About the history of the city at this stage we have some historical references, such as the Battle of Qastuluna in 786 A.D. between the troops of Abderramán I and AI-Fihiri Yusuf, the governor of the Mark of Toledo who rebelled against the emir. We can find another later reference with the uprising of the Muladies in Qastuluna by which Ubay ben Alah ben AI-Shaliya proclaims king and rule about for twenty years until Abderramán III decides to end the revolt and AI-Shaliya must deliver the city unable to cope with its small troops to the caliph.

Between the eleventh and thirteenth centuries the main fortification is positioned at the southern end of the old city. The Castle of Santa Eufemia is in this phase, which only remains of a tower built in the late twelfth century. This castle is located at the southern end and is isolated from the main plateau, with a moat to the north to favor the defense of the most vulnerable area.

After the Christian conquest, Cástulo continued occupied with a small village until the fourteenth century, before being finally abandoned. From that moment, the rise of Baeza and Linares supposed the dismantling of Castulo, serving its ruins as quarry for the growth of these two cities.

8. Modern age
In the fifteenth century Castulo suffered the demolition order of its walls and the remains of buildings still standing for "not serve as a refuge for bandits and highwaymen." With that disappear the remains of one of the most important Ibero-Roman cities of the Peninsula.After the final abandonment of the site, interest begins on its ruins. The first visit to Castulo with interest about his story that is recorded was the ambassador of the Republic of Venice, Andrea Navaguero in 1526, interested in the architecture of the Roman cities mentioned in classical literature.

During the reigns of Carlos I and Felipe II various catalogs of Antiquities was made. Castulo deserves the attention of authors as Gregorio López Pinto, who in his "apologetics History of the very ancient city of Castulo" described the site indicating the strong walls of same and localized four main gateways to the city in the four cardinal points. He also represents one of the last buildings in Castulo, the hermitage of Santa Eufemia, dedicated to the worship of this holy behind the false attribution of martyrdom in the city by Jerónimo Román de la Higuera in the late sixteenth century.

The most comprehensive description of the archaeological site was made by J. Martinez de Mazas in the eighteenth century, which highlights the existence of numerous ruins in the vicinity of the walled city.

In the nineteenth century Castulo was the subject of various descriptions such as Pascual Madoz or Manuel de Gongora, Inspector of Antiquities of the Real Academia de la Historia, who visited the site and identified four gates in the city walls, like Lopez Pinto, and several towers of cyclopean stones, making a detailed topographic map in which we discover the state of the site.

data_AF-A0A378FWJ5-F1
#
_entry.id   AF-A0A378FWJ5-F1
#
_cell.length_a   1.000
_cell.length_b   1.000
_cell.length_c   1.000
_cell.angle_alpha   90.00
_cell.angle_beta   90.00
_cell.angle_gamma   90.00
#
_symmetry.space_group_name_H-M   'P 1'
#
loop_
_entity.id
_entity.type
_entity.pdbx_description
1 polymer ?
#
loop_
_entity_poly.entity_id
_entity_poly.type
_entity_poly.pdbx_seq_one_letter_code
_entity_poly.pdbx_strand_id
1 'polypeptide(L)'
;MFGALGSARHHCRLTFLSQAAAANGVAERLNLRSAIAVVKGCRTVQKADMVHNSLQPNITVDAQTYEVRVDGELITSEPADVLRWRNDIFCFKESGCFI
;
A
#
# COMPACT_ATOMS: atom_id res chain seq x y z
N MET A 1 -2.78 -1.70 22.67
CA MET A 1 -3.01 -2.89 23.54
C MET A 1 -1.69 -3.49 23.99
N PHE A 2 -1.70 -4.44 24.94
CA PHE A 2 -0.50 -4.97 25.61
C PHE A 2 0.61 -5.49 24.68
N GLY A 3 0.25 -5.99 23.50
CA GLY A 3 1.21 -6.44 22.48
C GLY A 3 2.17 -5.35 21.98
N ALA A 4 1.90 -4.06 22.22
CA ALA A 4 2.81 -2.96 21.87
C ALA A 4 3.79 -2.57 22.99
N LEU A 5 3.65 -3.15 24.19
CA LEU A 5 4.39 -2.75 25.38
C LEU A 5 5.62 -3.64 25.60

La descripción más exhaustiva del asentamiento la realiza en el siglo XVIII, J. Martínez de Mazas, que pone de relieve la existencia de numerosas ruinas en el entorno de la ciudad amurallada.

En el siglo XIX Cástulo fue objeto de diversas descripciones como las de Pascual Madoz o las de Manuel de Góngora, Inspector de Antigüedades de la Real Academia de la Historia, que visitó el yacimiento e identificó cuatro puertas en el recinto amurallado, al igual que Lopez Pintó y varias torres de piedras ciclópeas, realizando un detallado plano topográfico en el que nos descubre el estado del yacimiento.

The plan drawn by Gregorio López Pinto in 1656 is the first mapping performed on the Cástulo ruins, and the first idealization of the ancient city, which was already devastated, although documented existing buildings such as the chapel of Santa Eufemia, others like perimeter wall of the city had to interpret from the remains that were preserved.

9. Contemporary era
From the 60s of the twentieth century many archaeological excavations were made in Castulo and its environment, highlighting the excavations directed by Jose Maria Blazquez, who conducted numerous studies in the city and in necropolis around it, using a scientific methodology to reveal the rich heritage of the ancient city.

In 2011, with the creation of the Archaeological Ensemble of Castulo, began a new stage of investigations by the Project Forvm MMX, the germ of General Research Project "Castulo XXI Century" which takes place today, combining the efforts of different administrations (Consejería de Cultura and Consejería de Economía, Innovación, Ciencia y Empleo of Junta de Andalucía; Universidad de Jaén; Instituto Universitario de Investigacién en Arqueología Ibérica; Diputación Provincial; Ayuntamiento de Linares and Chapman University (USA); an extensive multidisciplinary technical team and citizenship, betting on research, valuation and protection of our Heritage.

Conjunto Arqueológico de Cástulo
Credits: Story

Castulo City: History and legacy

Organize:
Conjunto Arqueológico de Cástulo, Linares (Jaén)
Consejería de Cultura de la Junta de Andalucía

Curated by Francisco Arias de Haro and Marcelo Castro López.
Texts: Francisco Arias de Haro y Marcelo Castro López.
Photography: Francisco Arias de Haro, Jose Manuel Pedrosa Luque and Yolanda Ogayar Martínez.
Infographic: esTRESd Patrimonio Virtual.
Digital layout: Francisco Arias de Haro.

Archaeological Ensemble of Cástulo.

Credits: All media
The story featured may in some cases have been created by an independent third party and may not always represent the views of the institutions, listed below, who have supplied the content.